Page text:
By Beverley Thorpe
Manufacturers, retailers and suppliers are increasingly being mandated or asked voluntarily to eliminate hazardous chemicals of concern in their products and manufacturing processes.
This is good news. Unfortunately, the alternatives they choose as replacements may not be comprehensively screened for human health and environmental impact. This leads to ‘regrettable substitution,’ a term I find captivating in its understatement, particularly when the substitute ends up being persistent in the environment or a hormone disrupting chemical. Part of the problem is that chosen alternatives are often kept confidential which diminishes the public’s faith that progress to safer chemicals is actually being made.
NGO campaigns have recognized the need to go beyond calls for a simple chemical ban in products. Too often we see hazardous flame retardants in furniture or waterproof coatings on outdoor hiking gear being substituted with similarly hazardous halogenated chemicals. So, how can product manufacturers and retailers protect themselves from the business risk of potentially adopting the next hazardous chemical to be regulated? And how can they show leadership in helping to move our economy to a toxic-free future?
These ‘Five Essential Practices for Retailers, Brand Owners and Suppliers’ were developed by the Workgroup for Safe Markets to give clear signals to the marketplace that increased public disclosure of chemical information and the phase-out of hazardous chemicals using ‘informed substitution’ will increasingly define company leaders.
Chemical Assessment Tools, lists of chemical groupings to avoid and examples of best practices are now available to help companies adopt informed substitution practices. Regulatory mandates for increased disclosure, such as Washington state’s Children’s Safe Products Act, as well as voluntary initiatives, such as LEED’s new credits for material disclosure and chemical screening, will continue to build the drum beat for more chemical information disclosure. NGOs are entering into detailed dialogue with companies and retailers offering resources and expertise. We believe the following will increasingly define advocacy, regulatory and voluntary requests in the marketplace.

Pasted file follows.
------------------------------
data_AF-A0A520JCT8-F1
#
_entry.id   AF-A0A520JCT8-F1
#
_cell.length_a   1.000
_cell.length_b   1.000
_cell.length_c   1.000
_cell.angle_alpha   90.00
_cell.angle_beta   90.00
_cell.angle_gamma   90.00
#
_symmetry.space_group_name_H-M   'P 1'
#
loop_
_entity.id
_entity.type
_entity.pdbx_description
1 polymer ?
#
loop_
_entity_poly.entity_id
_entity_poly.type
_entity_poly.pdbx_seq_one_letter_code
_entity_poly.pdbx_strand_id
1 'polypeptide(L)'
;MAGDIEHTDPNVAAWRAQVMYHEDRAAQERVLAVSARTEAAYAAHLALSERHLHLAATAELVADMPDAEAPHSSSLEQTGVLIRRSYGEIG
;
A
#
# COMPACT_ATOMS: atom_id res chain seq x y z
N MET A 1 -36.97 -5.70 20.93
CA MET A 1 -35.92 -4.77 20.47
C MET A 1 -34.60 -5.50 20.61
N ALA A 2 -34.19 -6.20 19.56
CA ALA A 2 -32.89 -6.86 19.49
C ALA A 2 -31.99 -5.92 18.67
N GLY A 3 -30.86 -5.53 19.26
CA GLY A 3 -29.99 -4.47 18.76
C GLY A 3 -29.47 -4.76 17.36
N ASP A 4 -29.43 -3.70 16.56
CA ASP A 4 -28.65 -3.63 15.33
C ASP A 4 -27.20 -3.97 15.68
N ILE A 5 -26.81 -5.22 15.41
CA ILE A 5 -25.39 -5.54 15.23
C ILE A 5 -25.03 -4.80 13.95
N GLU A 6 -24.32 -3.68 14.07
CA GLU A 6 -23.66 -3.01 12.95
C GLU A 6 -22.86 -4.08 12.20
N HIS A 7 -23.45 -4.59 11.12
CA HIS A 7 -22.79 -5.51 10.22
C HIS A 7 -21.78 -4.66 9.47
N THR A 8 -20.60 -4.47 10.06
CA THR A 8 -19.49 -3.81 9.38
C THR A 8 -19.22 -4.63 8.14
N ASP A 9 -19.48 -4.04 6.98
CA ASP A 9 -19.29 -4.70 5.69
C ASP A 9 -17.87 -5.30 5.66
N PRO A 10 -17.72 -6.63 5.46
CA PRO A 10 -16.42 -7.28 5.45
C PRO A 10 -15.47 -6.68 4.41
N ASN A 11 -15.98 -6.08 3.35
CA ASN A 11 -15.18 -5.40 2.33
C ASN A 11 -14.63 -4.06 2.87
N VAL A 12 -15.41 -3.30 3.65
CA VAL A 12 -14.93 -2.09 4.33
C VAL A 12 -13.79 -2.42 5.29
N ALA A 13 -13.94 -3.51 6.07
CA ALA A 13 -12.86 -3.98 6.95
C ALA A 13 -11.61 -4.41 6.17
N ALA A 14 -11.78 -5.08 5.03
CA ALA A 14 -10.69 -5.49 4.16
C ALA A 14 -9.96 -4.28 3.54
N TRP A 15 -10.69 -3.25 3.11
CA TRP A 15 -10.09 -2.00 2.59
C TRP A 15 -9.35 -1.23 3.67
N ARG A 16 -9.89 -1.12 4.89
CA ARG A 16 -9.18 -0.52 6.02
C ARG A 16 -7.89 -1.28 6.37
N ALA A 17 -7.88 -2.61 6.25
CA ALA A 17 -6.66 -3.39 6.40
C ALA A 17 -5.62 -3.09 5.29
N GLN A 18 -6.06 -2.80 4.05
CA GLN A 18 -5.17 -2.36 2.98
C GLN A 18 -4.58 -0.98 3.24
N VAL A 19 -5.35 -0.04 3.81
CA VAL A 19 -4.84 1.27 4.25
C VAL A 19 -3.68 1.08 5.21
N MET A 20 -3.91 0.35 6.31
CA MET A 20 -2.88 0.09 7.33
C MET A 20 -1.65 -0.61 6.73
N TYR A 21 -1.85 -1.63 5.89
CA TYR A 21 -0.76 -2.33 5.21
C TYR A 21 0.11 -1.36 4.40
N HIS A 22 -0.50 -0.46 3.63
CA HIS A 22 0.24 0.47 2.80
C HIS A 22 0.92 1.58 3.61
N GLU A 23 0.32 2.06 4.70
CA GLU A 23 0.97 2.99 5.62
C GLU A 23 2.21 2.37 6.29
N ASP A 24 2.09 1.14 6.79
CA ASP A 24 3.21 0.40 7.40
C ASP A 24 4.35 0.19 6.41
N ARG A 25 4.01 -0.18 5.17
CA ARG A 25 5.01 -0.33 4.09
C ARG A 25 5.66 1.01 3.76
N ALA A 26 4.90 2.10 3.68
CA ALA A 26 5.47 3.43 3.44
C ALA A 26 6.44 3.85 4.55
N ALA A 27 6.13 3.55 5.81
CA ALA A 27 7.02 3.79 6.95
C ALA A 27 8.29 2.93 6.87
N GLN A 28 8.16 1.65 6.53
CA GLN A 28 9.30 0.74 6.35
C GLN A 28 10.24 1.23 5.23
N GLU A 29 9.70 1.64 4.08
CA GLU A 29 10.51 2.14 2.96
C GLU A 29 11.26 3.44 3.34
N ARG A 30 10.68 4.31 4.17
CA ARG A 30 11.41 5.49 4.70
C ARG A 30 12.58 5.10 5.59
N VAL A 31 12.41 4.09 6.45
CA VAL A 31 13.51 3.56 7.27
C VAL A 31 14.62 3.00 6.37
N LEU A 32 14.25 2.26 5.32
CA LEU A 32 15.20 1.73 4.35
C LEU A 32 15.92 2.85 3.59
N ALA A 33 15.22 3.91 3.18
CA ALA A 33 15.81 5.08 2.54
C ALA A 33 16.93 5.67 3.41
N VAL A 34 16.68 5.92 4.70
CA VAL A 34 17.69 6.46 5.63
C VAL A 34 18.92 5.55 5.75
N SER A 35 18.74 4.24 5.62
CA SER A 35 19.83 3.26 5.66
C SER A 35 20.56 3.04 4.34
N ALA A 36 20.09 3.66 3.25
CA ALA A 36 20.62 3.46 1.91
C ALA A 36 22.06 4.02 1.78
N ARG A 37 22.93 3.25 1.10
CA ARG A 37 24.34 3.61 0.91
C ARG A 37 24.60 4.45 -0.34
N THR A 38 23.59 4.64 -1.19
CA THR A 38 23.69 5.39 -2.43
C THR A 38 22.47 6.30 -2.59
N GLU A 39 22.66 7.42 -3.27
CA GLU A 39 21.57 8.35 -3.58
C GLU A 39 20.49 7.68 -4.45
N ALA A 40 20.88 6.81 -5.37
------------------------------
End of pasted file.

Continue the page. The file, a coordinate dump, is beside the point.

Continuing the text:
“Radical Transparency was one of the guiding principles in creating Seventh Generation. There are several forms of transparency a company may engage in. For example, a business that isn’t already required to may willingly disclose its product ingredients, or it may disclose the sources and the means of obtaining the raw materials.” – Jeffrey Hollander, Seventh Generation
The Five Essential Practices for Retailers, Brand Owners and Suppliers
1. Retailers, brand owners and suppliers should establish a goal of reducing and eliminating the use of chemicals and materials of concern in products and manufacturing processes, and replacing them with alternatives that are transparently safer. Their publicly available chemicals management plans should include metrics and clear timeframes to measure continual progress towards this goal. As a priority, the Working Group suggests that retailers and brand owners identify relevant chemicals of high concern in products and supply chains, volume of those chemicals, and set goals for reducing both the number and volume of these chemicals.